Will Israel rescind 2005 disengagement from northern Samaria?

Monday afternoon, the Bayit Yehudi faction in the Knesset is holding a debate on the issue.

June 19, 2017 12:45
2 minute read.

Samaria is composed of 2,800 square kilometers of landscape, with 130,000 Jewish residents spread over it. (photo credit: SOPHIE ASHKINAZE-COLLENDER)

Right-wing politicians are pushing to pass Knesset legislation that would rescind the 2005 Disengagement order in northern Samaria, that led to the demolition of four settlements in that region.

A spokesman for MK Shuli Mualem-Rafaeli (Bayit Yehudi) said that the Ministerial Committee for Legislation may vote on such a bill as early as this Sunday. Mualem-Rafaeli helped author the bill.

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“There was no justification to uproot these communities,” Mualem-Rafaeli said adding that there is no reason to now “leave them in ruins.”

Monday afternoon, the Bayit Yehudi faction in the Knesset is holding a debate on the issue.

The legislative drive is part of a number of steps politicians are taking to block the US from pressuring Israel to transfer portions of Area C of the West Bank — which is under full Israeli military and civilian control — to the Palestinian Authority.

A number of recent media reports speculated that this territory, located outside of Jenin, may be one of the sections of Area C, that the Trump Administration would want transferred to Area A.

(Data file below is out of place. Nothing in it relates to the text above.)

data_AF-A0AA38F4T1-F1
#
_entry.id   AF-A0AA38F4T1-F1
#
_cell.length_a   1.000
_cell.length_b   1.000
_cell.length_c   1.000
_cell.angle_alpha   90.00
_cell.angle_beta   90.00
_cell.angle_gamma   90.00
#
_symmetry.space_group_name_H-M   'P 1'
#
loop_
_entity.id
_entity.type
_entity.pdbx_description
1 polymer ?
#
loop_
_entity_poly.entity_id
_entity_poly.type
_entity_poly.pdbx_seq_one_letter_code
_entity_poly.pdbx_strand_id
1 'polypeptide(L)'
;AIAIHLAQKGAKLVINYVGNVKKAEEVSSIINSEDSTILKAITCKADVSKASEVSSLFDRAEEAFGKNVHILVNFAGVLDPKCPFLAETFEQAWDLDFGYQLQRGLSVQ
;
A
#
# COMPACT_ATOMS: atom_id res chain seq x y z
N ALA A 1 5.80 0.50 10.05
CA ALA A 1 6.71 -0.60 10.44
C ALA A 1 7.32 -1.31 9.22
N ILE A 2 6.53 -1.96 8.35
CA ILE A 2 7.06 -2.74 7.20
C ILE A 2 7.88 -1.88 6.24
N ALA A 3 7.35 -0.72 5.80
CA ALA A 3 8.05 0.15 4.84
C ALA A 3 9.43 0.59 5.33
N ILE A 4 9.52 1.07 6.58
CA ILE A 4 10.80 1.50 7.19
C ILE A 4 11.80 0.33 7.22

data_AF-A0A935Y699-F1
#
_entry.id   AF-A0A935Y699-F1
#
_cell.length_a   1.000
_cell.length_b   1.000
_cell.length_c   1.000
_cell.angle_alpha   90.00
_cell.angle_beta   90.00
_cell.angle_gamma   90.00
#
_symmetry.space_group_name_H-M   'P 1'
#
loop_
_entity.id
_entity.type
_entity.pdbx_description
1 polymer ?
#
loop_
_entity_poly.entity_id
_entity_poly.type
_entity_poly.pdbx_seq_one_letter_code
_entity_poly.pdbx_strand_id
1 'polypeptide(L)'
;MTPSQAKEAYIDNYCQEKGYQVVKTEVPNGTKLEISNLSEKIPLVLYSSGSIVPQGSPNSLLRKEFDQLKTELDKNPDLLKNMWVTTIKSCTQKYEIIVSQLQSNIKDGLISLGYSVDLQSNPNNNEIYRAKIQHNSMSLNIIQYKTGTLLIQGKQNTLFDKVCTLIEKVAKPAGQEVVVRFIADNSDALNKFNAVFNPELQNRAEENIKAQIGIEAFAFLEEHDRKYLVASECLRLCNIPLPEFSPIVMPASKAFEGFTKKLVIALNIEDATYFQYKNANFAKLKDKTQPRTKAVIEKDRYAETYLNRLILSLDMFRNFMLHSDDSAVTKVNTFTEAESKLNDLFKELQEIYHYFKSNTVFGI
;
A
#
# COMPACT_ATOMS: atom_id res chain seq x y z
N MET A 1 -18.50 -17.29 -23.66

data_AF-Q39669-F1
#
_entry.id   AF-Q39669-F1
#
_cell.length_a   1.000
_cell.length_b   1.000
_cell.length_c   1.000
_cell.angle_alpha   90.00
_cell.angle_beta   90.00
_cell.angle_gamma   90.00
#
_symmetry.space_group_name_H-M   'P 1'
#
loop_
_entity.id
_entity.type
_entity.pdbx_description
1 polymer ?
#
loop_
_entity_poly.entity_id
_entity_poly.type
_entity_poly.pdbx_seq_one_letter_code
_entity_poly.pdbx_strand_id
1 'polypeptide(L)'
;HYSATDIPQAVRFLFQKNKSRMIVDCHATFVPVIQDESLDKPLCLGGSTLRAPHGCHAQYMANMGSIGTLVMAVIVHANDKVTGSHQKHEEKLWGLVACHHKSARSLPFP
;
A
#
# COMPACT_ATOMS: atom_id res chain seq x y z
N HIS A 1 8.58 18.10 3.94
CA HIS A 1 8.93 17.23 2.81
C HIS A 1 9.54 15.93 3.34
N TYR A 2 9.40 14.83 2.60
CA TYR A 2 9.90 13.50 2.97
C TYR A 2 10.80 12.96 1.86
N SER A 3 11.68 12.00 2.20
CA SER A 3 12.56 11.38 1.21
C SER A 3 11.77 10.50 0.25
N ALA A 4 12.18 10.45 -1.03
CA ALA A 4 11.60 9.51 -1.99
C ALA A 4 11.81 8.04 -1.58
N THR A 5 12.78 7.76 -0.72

Last week MK Ahmed Tibi (Joint List) told Army Radio that Israel plans to allow five Palestinian cities to expand into Area C, including Jenin.

By this particular legislative drive began last year while former US President Barack Obama was still in office and is the latest in a number of such drives over the last 12 years. In 2008 former MK Arye Eldad filed a similar bill with the support of 42 parliamentarians.

Israel did not withdraw from northern Samaria as it did from Gaza in 2005. Instead it placed the territory of those four northern settlements under military control; Homesh, Sa-Nur, Ganim and Kadim.

It banned Israeli civilians from entering the area except with special permission that is rarely granted.

While the politicians together with the Samaria Regional Council want to rebuild those four communities, this legislation does not authorize such building.

The legislation seeks to overturn the ban Israeli civilians entering that area, but the explanation attached to the  bill does state that the goal is to rebuild those four settlements.

It would be difficult to reconstruct Homesh in its exact location because it was constructed on private Palestinian property. The High Court of Justice in 2013 has already ruled that the land can be farmed by Palestinians.

Samaria Regional Council head Yossi Dagan, who is a Sa-Nur evacuee, is among the politicians supporting the legislation.

“We still lie awake at night with memories of the evacuation,” Dagan said. “I call on all members of the Knesset and the coalition who were chosen by (the national Zionist camp) to seize the opportunity to correct this injustice by advancing and passing this legislation,” Dagan said.

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